I would just appeal to your courage as managers, as board members, as investors, to do what I feel like I have to do sometimes. Around here, I talked about the art of the possible, Bismarck’s political definition. The same is true out there.

We have capital. We have literal capital and political capital, and how we accumulate it, and how we spend it, matters. How we talk about issues matters. I think we’ve got to resist the knee-jerk reaction to do this thing over here, not thinking about the consequences over there.

What I’m talking about is retiring big sources of baseload power while we wait for the development of permanent wind or whatever the case may be. I’ve sited lots of wind farms in my life.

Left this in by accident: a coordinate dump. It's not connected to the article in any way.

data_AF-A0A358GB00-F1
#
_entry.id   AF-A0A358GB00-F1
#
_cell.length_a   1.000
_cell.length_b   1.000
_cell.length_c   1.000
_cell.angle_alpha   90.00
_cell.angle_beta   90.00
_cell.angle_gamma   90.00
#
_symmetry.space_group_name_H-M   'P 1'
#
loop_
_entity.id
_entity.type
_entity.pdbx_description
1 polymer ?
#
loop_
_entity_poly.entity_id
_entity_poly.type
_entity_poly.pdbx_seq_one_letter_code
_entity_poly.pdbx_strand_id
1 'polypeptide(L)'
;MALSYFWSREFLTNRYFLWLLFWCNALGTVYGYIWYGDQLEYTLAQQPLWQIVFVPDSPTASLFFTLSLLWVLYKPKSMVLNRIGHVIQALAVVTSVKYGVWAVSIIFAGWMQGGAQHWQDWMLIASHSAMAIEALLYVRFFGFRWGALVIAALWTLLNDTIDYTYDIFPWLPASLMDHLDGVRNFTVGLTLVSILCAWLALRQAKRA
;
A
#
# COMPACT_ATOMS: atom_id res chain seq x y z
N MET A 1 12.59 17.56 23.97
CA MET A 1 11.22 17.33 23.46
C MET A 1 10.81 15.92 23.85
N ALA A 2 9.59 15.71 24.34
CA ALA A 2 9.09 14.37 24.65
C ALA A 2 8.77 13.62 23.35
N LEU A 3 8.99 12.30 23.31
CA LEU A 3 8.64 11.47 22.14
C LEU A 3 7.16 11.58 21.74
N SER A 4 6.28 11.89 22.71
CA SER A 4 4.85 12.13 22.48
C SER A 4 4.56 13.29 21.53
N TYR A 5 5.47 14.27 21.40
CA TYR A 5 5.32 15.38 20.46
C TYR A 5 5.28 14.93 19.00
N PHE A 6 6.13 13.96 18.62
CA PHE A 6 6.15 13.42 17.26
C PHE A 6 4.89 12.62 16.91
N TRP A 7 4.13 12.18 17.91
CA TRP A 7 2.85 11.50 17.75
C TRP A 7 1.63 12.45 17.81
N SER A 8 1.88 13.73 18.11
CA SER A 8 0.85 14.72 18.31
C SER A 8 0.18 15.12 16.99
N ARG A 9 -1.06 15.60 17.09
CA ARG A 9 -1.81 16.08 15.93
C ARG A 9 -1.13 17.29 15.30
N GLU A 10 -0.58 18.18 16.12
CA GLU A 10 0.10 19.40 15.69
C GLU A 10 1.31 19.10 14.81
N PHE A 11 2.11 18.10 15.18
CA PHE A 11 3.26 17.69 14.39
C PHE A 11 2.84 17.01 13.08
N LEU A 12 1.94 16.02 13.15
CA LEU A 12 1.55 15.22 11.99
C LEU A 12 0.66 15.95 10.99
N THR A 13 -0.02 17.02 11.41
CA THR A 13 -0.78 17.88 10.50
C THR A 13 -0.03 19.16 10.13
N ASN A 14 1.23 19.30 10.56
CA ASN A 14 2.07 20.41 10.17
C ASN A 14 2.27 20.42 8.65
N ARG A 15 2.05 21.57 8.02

I’ve sited lots of transmission lines, and I’ve sited lots of pipelines. They’re all really important, and we need to do a better job of that balance and discussion, but I hear your call. We need permitting reform really fast so we can build things really fast.

United States Energy Association CEO Mark Menezes

Mark Menezes: You have obligations to provide affordable, reliable, clean, and resilient power. Those are your obligations. You don’t have a choice. In our world, you’re forced to make – and you heard this from Senator Cramer – binary choices.

One hundred percent renewables are not fossil, non-fossil. You won’t get very far in policy discussions when you’re forced into those binary discussions.

I find it very helpful to begin conversations with policymakers to say, “We can’t choose one or the other because we have an obligation for all four of those.”

Omaha Public Power District CEO Javier Fernandez